[I liked it but didn’t love it, is how I’d sum it up in one sentence. Here’s the review that was just published in the Globe online. What I’d like to add as there wasn’t much space to analyze smaller roles: Michael Brandenburg’s Matteo needs to have more appeal. A better mustache, a less whiney personality? Something. As it is now, it’s not clear why Zdenka would wreck her life for him.]
– Tim Albery’s Arabella –
Arabella is a money story more than a love story, I realize halfway through Tim Albery’s elegant production that opened at the Canadian Opera Company Thursday, and the last of the Strauss-Hofmannsthal creations reveals itself as an unexpectedly sombre enterprise.
Money is its core, and also an escape from a troubled family, as there is no other way to account for the heroine’s decision to marry a rural landowner with a short temper and shifting moods and leave Vienna and everybody she knows for the countryside at the edge of the empire. Much is made in the libretto of the difference between the sophisticated but corrupt metropolis in decline and the moral simplicity of rural life, but Vienna to which the landowner from a far-flung province arrives to search for his bride is a rather civilized place where a woman can date three people at once, or live dressed as a man and date nobody. Once married off to the dark stranger, Arabella will be, as she herself sings in Act 2, obedient as a child.
Albery’s approach is as directorially neutral as they come, with sets in grey, costumes largely white and black in fin-de-siècle tailoring (both by Tobias Hoheisel). He lets the libretto breathe, and lets Arabella be a conflicted story of a frantic search for The One amidst a family solvency crisis. The Waldners are a titled family trying to fend off debtors and marry off Arabella, the reluctant older daughter, when the wealthy but uncouth Count Mandryka of the South Slavic lands arrives. Arabella and Mandryka are not the most logical of matches as they differ in just about everything, and she is after sincerity (or is it his fortune?) while he is struck by her beauty (or is it the insider Viennese glamour he is after?), but they are certain they are meant to be. Arabella’s younger sister, Zdenka, lives as a man as a money-saving measure, but also because she enjoys it – she will rather remain a boy, she tells her choosy sister right at the beginning, than be a woman like her: “proud, coquettish and cold.”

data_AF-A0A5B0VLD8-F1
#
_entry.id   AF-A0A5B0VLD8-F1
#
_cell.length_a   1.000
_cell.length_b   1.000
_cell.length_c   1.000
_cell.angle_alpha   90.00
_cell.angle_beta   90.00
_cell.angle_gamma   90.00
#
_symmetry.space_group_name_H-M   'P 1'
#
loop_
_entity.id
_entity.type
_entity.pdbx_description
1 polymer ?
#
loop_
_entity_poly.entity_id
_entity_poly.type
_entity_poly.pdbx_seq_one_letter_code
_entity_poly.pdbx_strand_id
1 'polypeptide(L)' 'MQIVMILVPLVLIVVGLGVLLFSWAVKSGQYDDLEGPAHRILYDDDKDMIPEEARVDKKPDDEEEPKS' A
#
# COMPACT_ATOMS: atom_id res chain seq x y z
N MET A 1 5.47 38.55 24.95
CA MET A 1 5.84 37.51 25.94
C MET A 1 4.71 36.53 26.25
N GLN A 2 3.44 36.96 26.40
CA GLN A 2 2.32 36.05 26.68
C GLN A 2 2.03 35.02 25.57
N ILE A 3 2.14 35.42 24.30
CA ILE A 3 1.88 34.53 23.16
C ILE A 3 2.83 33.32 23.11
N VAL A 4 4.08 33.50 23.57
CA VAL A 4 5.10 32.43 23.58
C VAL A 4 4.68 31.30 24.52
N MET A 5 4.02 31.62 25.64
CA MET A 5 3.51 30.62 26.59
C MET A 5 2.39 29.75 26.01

Some resplendent music is given to the sisters in the intimate Act 1 – the conversations, Arabella’s aria Er ist der Richtige für mich and the concluding monologue in which she considers whether to settle for Count Elemer, one of her other suitors. The strings are used to flirt with but promptly unsettle any outpouring of lyricism in Mein Elemer. If there is one certain thing, it’s that the sisters love and protect one other. Zdenka is a peculiar character, gender-defying while also being highly sexual: She is in love with her pal Matteo, who is also one of Arabella’s suitors, and lures him to Arabella’s bedroom by pretending to be her. The resulting confusion – Mandryka has overheard something about another man getting hold of Arabella’s bedroom key – almost wrecks Arabella’s engagements to Mandryka. Almost. After an agonizing Act 3 argument among the principals which wakes up other hotel guests at an ungodly hour, matters get solved. Mandryka trusts Arabella again, she forgives him his distrust and Matteo seems to be finally taking interest in Zdenka.
It’s Erin Wall who gives Arabella coherence and depth amid her contradictions. She is exquisitely melancholy in her first amorous duo with Mandryka in which she foresees the time when she will call him master. There are subtlest hints of regret in her individual farewells with the favourite Viennese suitors, and her request to Mandryka to have one more hour of dancing at the ball before she is his and his only. There is emphatically not to be any dancing with other men from then on. It’s no coincidence that pure spring water works as an important symbol in the opera.
Jane Archibald is a sweet and more-boyish-than-masculine Zdenko. Archibald’s voice, with its bright and secure high notes, easily soars above all the duos and group scenes. Both Wall and Archibald are apt operatic conversationalists in this, Konversationsstück genre and it’s to their and Albery’s credit that parts of Arabella feel like naturalist straight theatre. The COC orchestra under Patrick Lange is nimble in its tempos alongside the goings-on on stage, often sounding like a much lighter orchestra. It’s well-balanced, brass well reined in.
Bass-baritone Tomasz Konieczny gives Mandryka the required rough edge and abruptness. His timbre is fairly bright for a baritone, while his vocal heft is Wagnerian, which makes Mandryka stand out from the Viennese crowd. I’m all in favour of South Slavs, imaginary or historical, appearing in Austrian and German opera and operetta, as I’m from that part of the world myself, but I just couldn’t warm up to the man. He easily seduces the elder Waldners, however, with his plain talk and ostentatious spending. There is a darkly comic scene in Act 1 in which he literally opens his wallet for Count Waldner (excellent John Fanning) to help himself with whatever he needs to settle his gambling debt of the day. Strauss distances us from the ugliness of the situation with the cheery melody given to the returning line, “Teschek, bedien dich!” – “Help yourself!” – and by turning Waldner into an overall comic character, but the discomfort lingers on.